I have an old book of insults that features this zinger in the Henpecked Husbands chapter: "He wears the pants in the house -- under his apron." Not so long ago, wearing an apron was the very opposite of wearing the pants. In the mid-20th-century, in fact, the standard way for a cartoonist to show that a husband was henpecked was to draw him washing dishes in a frilly apron. (Barbecue aprons were different. Barbecuing was considered manly, and was in fact a ritual -- though one that usually misfired -- of male self-sufficiency.) It's unclear if feminism or electric dishwashers had more to do with the decline of this once-ubiquitous sight gag.

In the slang of 1930s soda jerks -- the wiseguys who referred to prunes as "looseners" and spare ribs as "a first lady" -- roundabout ways of calling for hash included "Clean up the kitchen" and "The gentleman will take a chance." Other slang terms for the substance in its heyday included dog food, gooey, Irish turkey, mystery, slumgudgeon, and the fatalistic yesterday today and forever. The usual joke about hash wasn't its uncertain contents or inedibility but its sheer overfamiliarity: it was served too often by stingy landladies and frugal housewives, and in cheap restaurants referred to a century ago as hash houses, hash foundries, or hash factories.

Throughout the first half of the 20th century, hoboes were a favorite laughingstock, though the laughter they provoked was often uneasy because they were feared as well as scorned. Comic hoboes rode the rails, carried bindlesticks, dreaded bathtubs, ate out of tin cans, stole pies from windowsills, and bullied vulnerable housewives for sandwiches and coffee. They could be kept at bay by ferocious white bulldogs named Spike or Towser, and were sometimes pressed into service beating rugs in exchange for a meal.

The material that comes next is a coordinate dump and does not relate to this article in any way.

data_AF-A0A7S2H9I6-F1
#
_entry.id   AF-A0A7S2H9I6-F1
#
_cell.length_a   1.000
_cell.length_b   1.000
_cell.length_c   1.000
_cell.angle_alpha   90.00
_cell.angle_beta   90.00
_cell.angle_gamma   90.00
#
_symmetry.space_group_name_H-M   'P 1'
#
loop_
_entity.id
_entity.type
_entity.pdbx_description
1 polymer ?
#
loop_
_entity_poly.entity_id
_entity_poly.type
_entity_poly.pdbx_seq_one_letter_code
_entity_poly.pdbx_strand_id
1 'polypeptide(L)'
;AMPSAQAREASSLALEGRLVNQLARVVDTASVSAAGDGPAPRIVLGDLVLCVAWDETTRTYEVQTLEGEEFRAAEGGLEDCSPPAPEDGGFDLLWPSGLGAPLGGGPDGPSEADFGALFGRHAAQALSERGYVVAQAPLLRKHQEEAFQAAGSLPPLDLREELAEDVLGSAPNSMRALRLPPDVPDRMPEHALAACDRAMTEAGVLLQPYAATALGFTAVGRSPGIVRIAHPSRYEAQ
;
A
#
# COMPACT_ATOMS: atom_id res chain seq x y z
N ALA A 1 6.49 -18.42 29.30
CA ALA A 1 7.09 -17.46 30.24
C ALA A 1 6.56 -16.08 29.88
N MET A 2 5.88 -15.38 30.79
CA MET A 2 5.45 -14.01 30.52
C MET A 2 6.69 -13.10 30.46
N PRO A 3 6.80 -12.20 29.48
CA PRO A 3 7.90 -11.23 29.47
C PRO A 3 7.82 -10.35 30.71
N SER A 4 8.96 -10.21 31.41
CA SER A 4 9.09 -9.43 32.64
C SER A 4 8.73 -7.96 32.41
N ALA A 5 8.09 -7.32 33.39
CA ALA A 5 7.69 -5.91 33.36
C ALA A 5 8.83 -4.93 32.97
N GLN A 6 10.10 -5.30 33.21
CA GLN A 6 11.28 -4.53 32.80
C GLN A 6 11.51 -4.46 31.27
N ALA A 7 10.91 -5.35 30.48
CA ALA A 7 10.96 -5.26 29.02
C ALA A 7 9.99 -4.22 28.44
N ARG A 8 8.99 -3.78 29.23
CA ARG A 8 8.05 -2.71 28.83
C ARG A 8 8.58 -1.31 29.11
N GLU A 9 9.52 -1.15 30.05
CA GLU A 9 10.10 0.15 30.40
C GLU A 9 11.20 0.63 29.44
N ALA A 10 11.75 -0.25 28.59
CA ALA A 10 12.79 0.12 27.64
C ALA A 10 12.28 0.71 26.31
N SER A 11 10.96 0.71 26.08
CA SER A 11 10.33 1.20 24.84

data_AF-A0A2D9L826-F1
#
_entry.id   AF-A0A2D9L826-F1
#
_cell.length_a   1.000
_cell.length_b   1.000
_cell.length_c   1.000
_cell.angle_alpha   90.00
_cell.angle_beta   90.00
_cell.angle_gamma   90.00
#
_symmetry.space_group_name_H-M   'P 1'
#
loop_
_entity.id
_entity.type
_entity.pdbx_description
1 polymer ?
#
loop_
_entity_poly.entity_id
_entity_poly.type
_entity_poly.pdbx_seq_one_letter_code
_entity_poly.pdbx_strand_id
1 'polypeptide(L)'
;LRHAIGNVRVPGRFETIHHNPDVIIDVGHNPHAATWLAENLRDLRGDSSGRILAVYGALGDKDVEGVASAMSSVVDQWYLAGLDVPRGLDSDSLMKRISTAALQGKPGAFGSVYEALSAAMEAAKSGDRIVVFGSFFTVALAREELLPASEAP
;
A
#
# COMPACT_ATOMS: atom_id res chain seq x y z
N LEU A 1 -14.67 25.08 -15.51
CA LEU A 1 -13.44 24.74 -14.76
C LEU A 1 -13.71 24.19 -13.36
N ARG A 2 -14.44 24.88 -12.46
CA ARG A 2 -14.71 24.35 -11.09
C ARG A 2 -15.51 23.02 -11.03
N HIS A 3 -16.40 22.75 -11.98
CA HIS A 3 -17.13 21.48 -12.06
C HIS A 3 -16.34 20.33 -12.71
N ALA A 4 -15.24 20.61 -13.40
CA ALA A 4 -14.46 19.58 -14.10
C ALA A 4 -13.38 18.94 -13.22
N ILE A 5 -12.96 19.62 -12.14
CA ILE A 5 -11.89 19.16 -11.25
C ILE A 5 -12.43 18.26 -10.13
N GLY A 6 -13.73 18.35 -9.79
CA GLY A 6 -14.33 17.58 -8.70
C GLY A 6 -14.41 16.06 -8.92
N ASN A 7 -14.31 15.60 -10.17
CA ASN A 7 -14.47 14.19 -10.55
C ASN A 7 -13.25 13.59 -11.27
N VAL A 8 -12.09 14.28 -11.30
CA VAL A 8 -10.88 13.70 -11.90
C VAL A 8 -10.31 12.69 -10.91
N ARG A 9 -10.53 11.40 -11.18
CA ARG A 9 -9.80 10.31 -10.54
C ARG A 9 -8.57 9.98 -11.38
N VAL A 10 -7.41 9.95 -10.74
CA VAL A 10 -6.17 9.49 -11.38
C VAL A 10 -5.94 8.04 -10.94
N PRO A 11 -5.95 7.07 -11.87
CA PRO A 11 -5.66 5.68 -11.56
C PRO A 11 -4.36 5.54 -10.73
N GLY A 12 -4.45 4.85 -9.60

Back when indoor plumbing was not so universal, city slickers liked to laugh at the rural alternative -- the smelly drafty wooden shed with the crooked vent pipe, the crescent in the door, and the seat consisting of a hole cut out of a board. (Comic drawings often showed a pair of holes, as if mountain men were fond of defecating side by side.) Vintage cartoon hillbillies are happy with their outhouses. If they accidentally buy a modern toilet from the mail-order catalogue that serves as toilet paper, they are apt to use the seat as a picture frame, the lid as a bread board, and the bowl as a hog trough.

Which did our grandfathers laugh at more in public, flatulence or rape? The answer is rape, and the contest wasn't close. Harpo literally chases women in each of the first four Marx Bros movies. Most early Popeye cartoons climax with an attempted rape, as do most early Betty Boop cartoons. It may sound jarring to call Bluto a rapist, but what else is he planning to do with Olive Oyl when he snatches her and bears her off against her will? Ostensibly the function of these sequences is suspense and not humor, but the silliness of the cartoon world inevitably spreads to the abduction scenes: poor Olive is never more ludicrous than when carried off kicking and screaming.

Rolling pins
There was a time when American humor consisted to an alarming degree of brainless people braining one another. The second-most popular sight gag in early comic strips (very common too in silent comedies) was the angry hausfrau brandishing a rolling pin at her husband as he staggered in blissfully drunk at four in the morning. The only gag more popular was the policeman hitting a bum on the head with a nightstick. The rolling pin as weapon is associated now with the long-running comic strip Bringing up Father, whose long-suffering millionaire hero Jiggs was clobbered so often by his spouse that in a 1919 strip he bought a rolling-pin factory in order to shut it down.

Christopher Miller is the author of American Cornball.